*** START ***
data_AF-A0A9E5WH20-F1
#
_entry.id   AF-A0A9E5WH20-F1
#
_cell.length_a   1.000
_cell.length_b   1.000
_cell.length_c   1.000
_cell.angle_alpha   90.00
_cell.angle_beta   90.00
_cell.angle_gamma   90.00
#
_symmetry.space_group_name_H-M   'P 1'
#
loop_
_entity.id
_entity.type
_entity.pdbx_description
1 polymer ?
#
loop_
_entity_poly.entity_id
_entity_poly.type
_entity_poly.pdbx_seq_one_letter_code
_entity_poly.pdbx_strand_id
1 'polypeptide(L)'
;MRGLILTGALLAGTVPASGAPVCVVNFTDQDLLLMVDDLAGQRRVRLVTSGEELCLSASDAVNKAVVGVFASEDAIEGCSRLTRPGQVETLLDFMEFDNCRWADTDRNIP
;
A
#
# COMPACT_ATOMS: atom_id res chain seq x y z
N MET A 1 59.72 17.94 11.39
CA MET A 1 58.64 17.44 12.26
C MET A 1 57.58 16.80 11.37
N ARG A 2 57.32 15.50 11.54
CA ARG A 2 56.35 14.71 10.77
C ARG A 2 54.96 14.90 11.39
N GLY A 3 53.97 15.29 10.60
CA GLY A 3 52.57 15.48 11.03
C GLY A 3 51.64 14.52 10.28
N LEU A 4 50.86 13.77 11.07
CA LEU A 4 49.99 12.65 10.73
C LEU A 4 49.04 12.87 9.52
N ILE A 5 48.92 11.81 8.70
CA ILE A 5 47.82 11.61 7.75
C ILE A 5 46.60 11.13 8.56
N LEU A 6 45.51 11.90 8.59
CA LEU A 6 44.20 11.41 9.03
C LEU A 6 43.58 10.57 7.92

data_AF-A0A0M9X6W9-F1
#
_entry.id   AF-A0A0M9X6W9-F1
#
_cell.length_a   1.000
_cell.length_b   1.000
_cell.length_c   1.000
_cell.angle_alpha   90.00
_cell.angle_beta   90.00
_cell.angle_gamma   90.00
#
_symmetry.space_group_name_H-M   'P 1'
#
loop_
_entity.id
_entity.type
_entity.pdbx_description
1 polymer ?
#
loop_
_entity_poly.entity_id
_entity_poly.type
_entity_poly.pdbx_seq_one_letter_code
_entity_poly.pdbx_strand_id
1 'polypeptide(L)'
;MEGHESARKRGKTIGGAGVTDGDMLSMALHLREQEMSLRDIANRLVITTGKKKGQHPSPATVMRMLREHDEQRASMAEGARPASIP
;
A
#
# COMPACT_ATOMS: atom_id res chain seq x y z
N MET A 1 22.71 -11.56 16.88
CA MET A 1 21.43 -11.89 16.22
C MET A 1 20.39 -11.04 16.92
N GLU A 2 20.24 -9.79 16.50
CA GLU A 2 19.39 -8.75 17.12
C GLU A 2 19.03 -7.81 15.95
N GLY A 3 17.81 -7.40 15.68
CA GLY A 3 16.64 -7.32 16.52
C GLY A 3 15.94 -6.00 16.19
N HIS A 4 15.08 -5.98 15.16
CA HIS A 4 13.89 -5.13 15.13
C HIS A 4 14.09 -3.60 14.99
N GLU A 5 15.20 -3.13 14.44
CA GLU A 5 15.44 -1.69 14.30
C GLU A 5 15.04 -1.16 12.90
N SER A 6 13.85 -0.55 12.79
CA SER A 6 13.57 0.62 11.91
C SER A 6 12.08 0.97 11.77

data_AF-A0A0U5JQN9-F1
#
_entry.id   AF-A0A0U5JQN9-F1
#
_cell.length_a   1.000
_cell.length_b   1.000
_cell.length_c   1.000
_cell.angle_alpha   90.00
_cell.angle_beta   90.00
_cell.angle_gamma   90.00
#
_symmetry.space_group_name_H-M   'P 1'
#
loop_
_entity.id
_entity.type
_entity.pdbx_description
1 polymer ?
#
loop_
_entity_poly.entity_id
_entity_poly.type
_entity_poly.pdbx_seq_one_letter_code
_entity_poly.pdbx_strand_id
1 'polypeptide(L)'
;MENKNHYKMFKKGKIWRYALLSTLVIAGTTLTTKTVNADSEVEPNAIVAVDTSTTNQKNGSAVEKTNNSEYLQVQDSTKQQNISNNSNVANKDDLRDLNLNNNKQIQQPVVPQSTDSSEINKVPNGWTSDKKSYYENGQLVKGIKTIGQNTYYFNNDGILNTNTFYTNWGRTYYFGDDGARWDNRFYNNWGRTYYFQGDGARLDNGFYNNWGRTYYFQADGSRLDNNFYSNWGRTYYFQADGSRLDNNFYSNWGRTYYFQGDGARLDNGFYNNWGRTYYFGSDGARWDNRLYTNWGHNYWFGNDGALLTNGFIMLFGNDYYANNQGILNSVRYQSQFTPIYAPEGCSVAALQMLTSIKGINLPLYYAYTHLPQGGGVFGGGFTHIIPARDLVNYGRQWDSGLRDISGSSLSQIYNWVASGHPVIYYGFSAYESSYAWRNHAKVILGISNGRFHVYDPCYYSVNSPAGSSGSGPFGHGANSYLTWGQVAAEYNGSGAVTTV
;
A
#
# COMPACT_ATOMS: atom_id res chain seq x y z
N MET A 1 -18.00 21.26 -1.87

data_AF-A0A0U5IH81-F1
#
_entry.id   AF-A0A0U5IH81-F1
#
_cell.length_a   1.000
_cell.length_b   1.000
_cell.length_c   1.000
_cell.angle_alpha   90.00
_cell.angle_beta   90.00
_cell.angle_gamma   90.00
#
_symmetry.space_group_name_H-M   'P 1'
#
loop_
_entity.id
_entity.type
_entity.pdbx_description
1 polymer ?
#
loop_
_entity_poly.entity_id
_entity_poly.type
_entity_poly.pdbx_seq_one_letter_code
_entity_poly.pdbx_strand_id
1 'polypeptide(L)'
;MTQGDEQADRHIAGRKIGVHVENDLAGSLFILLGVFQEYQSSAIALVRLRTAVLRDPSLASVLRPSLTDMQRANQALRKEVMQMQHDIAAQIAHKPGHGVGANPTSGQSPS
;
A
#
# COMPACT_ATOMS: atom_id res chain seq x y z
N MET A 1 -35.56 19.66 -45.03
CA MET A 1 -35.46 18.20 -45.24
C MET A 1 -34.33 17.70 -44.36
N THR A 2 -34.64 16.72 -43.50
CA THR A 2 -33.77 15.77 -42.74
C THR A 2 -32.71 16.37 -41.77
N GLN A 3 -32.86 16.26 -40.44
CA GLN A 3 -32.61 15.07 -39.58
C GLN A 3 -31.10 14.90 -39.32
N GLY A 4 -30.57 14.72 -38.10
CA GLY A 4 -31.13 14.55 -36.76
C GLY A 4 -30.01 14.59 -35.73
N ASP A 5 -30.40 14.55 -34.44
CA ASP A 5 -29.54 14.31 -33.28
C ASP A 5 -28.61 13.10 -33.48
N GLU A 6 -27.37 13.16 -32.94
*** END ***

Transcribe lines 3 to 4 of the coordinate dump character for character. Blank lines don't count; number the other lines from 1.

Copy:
_entry.id   AF-A0A9E5WH20-F1
#